5 Low voter turnout
Voter turnout is often viewed as an indicator of the health of a democracy. The lower the numbers of people making the effort to vote, the less interested they are in the activities of the politicians they elected.
Turnout has been declining across the UK since its highest levels of around 80% in the 1950s. Turnout in an election to the Welsh Parliament has never exceeded 50%.
Writing in the British Journal of Political Science in 2004, Roger Scully, Richard Wyn Jones and Dafydd Trystan identified three possible reasons for this: antipathy to the Welsh institutions, apathy to the Welsh institutions or apathy to politics more generally. They suggest apathy – in Wales and to politics more generally – are the most likely reasons. This is borne out in the table below which suggests votes where the stakes feel very high, such as the Brexit referendum, have the highest levels of turnout.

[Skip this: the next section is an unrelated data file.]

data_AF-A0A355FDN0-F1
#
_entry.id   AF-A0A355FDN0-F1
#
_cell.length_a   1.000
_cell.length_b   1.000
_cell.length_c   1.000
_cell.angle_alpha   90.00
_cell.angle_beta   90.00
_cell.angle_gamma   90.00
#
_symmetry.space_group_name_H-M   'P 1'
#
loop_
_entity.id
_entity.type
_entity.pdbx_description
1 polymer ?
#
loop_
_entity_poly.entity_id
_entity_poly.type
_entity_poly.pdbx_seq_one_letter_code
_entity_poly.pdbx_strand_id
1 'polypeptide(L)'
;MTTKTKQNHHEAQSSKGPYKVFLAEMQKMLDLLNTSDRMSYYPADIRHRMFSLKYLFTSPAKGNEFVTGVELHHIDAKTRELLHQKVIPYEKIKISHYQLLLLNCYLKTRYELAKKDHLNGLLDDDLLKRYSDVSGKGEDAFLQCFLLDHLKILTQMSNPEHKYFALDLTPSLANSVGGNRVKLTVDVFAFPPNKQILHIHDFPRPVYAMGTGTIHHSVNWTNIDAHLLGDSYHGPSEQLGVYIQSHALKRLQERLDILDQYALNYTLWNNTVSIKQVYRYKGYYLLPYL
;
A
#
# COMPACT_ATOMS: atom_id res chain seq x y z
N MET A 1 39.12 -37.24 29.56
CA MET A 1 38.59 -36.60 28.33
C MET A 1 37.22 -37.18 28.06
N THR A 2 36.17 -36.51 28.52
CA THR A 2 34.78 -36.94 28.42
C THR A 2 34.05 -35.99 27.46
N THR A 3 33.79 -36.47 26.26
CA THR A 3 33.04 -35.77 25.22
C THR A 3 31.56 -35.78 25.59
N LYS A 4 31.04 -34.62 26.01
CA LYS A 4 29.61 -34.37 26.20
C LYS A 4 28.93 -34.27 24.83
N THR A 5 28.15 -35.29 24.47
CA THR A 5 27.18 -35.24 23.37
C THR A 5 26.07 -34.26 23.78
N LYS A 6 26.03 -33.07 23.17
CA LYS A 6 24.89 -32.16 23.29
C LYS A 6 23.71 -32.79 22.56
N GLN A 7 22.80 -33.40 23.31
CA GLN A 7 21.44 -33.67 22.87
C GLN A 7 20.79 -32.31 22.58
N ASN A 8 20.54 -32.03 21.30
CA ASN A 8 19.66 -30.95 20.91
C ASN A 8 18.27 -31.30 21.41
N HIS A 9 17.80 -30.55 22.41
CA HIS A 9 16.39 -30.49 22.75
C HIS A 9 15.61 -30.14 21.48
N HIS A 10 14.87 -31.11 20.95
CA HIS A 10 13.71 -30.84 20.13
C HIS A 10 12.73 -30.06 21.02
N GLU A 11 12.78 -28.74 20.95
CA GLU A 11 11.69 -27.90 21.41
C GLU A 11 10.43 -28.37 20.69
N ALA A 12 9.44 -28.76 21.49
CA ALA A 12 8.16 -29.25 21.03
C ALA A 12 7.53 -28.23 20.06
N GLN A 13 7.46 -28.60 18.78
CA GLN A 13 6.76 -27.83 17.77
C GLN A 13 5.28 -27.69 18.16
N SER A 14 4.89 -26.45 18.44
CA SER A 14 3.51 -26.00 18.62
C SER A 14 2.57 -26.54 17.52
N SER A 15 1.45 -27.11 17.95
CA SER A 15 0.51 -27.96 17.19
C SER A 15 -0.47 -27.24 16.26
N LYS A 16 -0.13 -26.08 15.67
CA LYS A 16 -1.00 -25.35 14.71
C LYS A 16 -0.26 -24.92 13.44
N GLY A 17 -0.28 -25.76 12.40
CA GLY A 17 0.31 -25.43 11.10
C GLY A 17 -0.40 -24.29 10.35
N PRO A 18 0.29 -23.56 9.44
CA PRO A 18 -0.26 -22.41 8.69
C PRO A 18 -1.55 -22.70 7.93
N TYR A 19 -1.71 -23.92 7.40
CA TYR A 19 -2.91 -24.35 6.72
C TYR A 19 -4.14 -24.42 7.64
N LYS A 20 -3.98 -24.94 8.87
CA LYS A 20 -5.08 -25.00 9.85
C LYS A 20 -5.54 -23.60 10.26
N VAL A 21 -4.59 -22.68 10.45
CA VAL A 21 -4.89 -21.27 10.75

|Year||Election||Turnout in Wales (%)|
|1999||National Assembly for Wales||46.3|
|2003||National Assembly for Wales||38.2|
|2007||National Assembly for Wales||43.7|
|2011||National Assembly for Wales||42.2|
|2016||National Assembly for Wales||45.3|